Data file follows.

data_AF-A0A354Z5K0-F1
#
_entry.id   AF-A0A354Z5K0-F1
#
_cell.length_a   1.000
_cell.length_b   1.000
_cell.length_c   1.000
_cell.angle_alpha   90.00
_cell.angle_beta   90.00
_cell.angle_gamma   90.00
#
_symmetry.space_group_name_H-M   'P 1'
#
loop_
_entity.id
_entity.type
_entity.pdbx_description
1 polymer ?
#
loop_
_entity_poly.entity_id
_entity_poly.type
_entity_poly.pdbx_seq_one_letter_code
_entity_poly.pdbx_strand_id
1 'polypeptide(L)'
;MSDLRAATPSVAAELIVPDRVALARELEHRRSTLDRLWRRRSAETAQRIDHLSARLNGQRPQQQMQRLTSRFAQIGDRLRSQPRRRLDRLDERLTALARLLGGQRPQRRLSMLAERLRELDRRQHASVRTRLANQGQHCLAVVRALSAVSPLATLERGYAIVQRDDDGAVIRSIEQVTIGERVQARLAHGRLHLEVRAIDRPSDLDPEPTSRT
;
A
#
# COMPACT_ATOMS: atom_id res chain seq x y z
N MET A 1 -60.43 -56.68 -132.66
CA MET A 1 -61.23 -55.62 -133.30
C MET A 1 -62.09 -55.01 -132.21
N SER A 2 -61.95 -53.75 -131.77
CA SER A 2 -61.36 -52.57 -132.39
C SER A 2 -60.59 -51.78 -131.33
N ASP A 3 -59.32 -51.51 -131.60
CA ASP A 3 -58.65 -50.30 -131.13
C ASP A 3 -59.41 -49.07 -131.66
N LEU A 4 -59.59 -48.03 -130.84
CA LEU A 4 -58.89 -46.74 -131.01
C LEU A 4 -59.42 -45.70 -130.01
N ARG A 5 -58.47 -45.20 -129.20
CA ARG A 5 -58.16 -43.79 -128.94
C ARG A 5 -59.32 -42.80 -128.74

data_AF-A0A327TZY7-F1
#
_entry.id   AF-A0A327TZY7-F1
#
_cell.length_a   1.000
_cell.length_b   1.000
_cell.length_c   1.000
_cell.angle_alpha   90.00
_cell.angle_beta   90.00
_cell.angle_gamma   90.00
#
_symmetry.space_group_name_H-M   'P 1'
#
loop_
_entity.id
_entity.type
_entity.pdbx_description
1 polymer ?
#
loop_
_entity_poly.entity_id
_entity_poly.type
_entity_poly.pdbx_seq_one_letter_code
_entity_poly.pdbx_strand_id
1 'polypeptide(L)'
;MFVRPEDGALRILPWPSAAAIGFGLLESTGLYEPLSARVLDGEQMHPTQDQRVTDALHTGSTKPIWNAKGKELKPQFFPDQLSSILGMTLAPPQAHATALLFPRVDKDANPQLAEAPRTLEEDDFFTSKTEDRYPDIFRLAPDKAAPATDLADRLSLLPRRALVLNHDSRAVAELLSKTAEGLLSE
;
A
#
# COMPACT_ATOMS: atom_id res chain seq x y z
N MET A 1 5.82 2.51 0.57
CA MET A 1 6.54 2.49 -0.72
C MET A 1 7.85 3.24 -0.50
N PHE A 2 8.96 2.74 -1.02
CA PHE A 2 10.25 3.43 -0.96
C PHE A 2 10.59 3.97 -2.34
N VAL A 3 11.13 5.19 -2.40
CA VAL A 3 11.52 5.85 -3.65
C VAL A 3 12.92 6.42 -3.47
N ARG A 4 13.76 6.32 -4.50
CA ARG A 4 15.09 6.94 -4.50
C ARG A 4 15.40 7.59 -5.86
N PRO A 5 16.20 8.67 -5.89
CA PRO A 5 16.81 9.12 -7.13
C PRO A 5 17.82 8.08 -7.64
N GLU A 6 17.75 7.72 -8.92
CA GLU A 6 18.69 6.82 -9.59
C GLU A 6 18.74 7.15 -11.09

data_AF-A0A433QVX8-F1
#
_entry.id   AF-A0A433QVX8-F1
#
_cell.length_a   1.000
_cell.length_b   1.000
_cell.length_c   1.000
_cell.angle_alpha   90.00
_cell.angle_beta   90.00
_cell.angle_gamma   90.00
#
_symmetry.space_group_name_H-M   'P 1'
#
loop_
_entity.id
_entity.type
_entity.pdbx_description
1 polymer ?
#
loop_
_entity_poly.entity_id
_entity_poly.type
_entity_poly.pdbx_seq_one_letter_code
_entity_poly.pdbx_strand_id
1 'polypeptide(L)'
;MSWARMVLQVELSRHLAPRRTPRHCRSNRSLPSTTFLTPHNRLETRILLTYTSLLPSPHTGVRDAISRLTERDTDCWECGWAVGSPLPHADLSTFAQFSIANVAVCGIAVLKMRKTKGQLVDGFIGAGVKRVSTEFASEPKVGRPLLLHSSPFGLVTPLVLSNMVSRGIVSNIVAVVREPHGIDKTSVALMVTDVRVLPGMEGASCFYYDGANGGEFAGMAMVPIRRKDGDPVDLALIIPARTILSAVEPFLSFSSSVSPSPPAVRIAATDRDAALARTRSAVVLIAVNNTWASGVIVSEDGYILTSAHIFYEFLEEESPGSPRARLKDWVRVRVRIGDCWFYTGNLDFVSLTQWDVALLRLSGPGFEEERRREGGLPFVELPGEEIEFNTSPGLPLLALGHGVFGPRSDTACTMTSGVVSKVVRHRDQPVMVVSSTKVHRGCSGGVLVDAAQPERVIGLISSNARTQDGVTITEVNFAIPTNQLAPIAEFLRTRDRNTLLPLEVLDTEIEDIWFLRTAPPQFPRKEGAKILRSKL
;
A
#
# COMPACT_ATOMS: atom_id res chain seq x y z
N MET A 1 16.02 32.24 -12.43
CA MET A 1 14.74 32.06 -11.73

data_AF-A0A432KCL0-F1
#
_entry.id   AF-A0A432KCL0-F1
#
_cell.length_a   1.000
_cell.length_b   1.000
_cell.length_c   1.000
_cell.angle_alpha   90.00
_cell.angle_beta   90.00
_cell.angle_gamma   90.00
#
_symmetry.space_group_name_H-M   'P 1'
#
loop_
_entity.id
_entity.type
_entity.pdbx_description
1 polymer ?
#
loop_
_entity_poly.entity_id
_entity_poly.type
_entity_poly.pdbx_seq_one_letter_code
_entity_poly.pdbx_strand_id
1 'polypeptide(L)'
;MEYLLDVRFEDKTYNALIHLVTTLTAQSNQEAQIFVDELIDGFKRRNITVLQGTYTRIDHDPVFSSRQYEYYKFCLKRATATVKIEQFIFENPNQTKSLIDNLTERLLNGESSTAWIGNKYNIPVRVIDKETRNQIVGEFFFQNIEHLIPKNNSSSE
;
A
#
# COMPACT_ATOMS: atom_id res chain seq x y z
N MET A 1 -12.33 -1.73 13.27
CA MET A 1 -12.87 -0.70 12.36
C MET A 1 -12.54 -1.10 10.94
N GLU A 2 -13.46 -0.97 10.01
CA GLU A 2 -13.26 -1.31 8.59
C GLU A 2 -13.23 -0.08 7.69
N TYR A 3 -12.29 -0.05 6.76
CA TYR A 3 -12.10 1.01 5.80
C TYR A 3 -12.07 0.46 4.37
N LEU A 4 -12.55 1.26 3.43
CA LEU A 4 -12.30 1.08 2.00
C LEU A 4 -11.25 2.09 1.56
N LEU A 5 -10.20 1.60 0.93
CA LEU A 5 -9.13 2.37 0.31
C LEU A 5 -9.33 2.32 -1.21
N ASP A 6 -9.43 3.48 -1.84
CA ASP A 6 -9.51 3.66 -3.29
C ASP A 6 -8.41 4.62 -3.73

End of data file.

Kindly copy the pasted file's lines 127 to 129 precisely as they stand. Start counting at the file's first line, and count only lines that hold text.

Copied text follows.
#
_entry.id   AF-A0A432KCL0-F1
#